As most everyone knows by now, on Saturday May 28th, a 4-year-old boy visiting the Cincinnati Zoo fell into the enclosure of a 400-pound gorilla named Harambe. After a harrowing few minutes, the zoo’s dangerous animal response unit decided the boy was in “a life-threatening situation” and made the wise decision to protect his life by putting the gorilla down.
As zoo director Thane Maynard so aptly noted, "We are heartbroken about losing Harambe, but a child's life was in danger and a quick decision had to be made."
Not surprisingly, public reaction hasn’t been so rational. From a petition by Change.org demanding that the boy’s parents be held accountable, to articles about how the other gorillas in the zoo will suffer from depression, to PETA calling for a boycott of all zoos, the angry chorus of critics have focused not on the boy’s life but on the gorilla’s, clearly placing the latter over the former.
Make no mistake; losing a magnificent creature like Harambe is both tragic and regrettable. Nevertheless, it is heartening that the zookeepers understood that the boy’s life mattered more.
As awe inspiring as silverback gorillas are, it’s naïve to assume that Harambe possessed some measure of human morality that would’ve kept him from harming this little child. At the end of the day, he was a wild animal who reacted instinctually, not morally, as his terrifying act of dragging the boy through the enclosure’s stream made clear.
As gorilla expert Amanda O'Donoughue noted on her Facebook page, “I have watched this video over again, and with the silverback's posturing, and tight lips, it's pretty much the stuff of any keeper's nightmares…I keep hearing that the gorilla was trying to protect the boy. I do not find this to be true. Harambe reaches for the boy’s hands and arms, but only to position the child better for his own displaying purposes.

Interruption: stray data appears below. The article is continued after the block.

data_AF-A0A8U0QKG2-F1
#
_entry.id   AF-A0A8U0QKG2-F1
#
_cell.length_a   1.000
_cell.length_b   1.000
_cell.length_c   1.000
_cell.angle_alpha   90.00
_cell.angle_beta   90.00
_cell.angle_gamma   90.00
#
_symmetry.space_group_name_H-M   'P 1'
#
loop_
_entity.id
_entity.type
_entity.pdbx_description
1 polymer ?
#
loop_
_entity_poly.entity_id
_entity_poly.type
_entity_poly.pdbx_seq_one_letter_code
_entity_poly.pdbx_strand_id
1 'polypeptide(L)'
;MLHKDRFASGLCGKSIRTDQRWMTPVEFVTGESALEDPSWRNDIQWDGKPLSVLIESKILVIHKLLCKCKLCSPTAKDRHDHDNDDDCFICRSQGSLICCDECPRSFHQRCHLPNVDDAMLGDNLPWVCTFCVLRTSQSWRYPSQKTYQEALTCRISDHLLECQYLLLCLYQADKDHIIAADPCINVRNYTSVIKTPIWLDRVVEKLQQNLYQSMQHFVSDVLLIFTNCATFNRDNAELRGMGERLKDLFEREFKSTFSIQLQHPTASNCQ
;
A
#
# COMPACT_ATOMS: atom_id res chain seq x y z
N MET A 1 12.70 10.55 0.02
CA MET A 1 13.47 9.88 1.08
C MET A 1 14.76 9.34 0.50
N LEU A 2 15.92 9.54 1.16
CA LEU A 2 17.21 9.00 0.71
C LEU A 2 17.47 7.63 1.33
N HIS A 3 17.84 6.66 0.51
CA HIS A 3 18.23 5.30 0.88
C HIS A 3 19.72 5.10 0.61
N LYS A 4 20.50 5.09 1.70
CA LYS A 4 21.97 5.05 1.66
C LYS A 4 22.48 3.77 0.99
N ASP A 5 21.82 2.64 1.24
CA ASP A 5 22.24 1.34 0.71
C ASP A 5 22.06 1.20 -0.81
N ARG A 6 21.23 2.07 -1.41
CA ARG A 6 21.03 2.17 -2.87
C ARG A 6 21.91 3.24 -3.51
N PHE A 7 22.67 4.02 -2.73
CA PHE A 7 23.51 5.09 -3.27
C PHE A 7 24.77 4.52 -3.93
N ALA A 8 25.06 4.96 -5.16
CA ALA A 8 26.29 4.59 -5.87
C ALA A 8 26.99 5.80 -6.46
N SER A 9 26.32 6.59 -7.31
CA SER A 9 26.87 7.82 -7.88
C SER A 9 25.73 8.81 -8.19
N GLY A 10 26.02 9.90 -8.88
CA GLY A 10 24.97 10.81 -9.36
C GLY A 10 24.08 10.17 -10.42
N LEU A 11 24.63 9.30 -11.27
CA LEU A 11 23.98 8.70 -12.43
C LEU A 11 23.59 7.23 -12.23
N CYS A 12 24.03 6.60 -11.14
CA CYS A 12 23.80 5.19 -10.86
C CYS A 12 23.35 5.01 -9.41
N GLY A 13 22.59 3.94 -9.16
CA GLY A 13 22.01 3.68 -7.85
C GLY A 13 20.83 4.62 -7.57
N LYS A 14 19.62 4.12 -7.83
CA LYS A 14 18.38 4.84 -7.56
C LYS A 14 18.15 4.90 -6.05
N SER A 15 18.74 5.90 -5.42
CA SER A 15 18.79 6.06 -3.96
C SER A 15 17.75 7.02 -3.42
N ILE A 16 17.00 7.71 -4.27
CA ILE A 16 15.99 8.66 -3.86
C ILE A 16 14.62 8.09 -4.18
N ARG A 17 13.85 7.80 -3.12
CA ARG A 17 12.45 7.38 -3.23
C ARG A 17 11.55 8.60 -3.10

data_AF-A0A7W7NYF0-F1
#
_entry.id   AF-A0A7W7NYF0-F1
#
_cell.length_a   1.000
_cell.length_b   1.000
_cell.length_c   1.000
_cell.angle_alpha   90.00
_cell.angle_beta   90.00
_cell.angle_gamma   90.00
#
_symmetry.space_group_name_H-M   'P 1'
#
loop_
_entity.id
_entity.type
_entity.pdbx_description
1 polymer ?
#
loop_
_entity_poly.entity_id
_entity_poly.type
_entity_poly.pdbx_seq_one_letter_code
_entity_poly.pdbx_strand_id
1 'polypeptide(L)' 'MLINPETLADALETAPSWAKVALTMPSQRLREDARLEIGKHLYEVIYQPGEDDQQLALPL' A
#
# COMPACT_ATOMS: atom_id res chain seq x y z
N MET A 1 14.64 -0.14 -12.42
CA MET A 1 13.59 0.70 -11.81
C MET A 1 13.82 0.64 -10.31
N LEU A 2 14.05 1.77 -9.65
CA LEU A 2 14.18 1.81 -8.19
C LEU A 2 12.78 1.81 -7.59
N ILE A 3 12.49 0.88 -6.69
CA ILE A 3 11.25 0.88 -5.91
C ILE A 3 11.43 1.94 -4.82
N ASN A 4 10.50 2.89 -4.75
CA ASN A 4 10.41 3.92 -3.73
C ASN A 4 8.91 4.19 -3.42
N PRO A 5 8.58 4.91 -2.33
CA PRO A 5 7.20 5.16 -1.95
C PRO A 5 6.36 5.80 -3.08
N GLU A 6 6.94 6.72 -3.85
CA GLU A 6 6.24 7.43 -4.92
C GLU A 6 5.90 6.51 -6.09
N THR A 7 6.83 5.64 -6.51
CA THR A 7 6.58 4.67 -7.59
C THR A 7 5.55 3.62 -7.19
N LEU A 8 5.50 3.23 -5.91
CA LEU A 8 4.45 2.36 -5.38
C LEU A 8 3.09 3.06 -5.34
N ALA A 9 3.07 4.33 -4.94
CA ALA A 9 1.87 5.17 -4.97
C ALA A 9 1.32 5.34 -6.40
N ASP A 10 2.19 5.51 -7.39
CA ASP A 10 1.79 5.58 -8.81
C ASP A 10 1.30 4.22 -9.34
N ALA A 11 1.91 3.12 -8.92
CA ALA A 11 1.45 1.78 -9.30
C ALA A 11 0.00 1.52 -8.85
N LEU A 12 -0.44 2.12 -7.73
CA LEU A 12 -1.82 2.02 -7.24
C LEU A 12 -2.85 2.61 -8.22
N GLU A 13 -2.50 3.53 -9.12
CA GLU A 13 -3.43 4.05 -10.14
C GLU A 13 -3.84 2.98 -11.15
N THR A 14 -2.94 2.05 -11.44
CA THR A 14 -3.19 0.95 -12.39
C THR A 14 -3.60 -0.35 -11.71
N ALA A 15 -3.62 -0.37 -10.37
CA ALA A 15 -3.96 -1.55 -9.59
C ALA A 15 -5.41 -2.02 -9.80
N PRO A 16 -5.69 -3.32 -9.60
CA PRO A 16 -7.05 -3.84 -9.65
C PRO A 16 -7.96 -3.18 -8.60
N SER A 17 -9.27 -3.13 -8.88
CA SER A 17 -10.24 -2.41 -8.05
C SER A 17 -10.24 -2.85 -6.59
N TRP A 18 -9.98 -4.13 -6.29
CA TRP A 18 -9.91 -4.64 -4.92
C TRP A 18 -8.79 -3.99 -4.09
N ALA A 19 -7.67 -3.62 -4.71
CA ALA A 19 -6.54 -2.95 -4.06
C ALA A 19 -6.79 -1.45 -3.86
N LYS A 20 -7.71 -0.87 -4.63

Males do very elaborate displays when highly agitated, slamming and dragging things about.”
As helpful as it is to gain understanding into why the zoo made their decision, it bears repeating that the crux of the issue is not discerning the gorilla’s intent but deciding that the boy’s life could not be risked.
Nevertheless, the public’s outrage continues over the lawful and justified shooting of this gorilla, while the rampant taking of human life goes seemingly unnoticed.
According to the Chicago Tribune’s website, on the same Saturday zoo keepers shot Harambe, twenty-seven people were shot in the Chicago area, including five teenagers, the youngest of whom was a fifteen-year-old girl. In the month of May alone, the Tribune reports that fifty-nine people have been murdered in Chicago.
The response? No petitions, no cries for justice, no public demands that those in authority be held accountable, and no articles about how a fifteen-year-old girl’s family will suffer from depression. Why? Because it seems the loudest voices in America clearly don’t treasure the value God assigned to human life.
It’s our hope that the Cincinnati Zoo event will serve as a clarion call for Christians that our “lights” aren’t intended to be hidden under “baskets” but that the Lord implores us all to let them shine (Matthew 5:13-16).
We believe part of being salt and light is that each of us must do our part to reshape a cultural consensus that God values human life so much so that He sacrificed His own Son to save ours. So when friends, neighbors, and coworkers broach the subject of the Cincinnati Zoo incident, we pray you can wisely and winsomely use it as a springboard to remind them of the value God places on human life and the freedom He offers all of us humans through the gospel.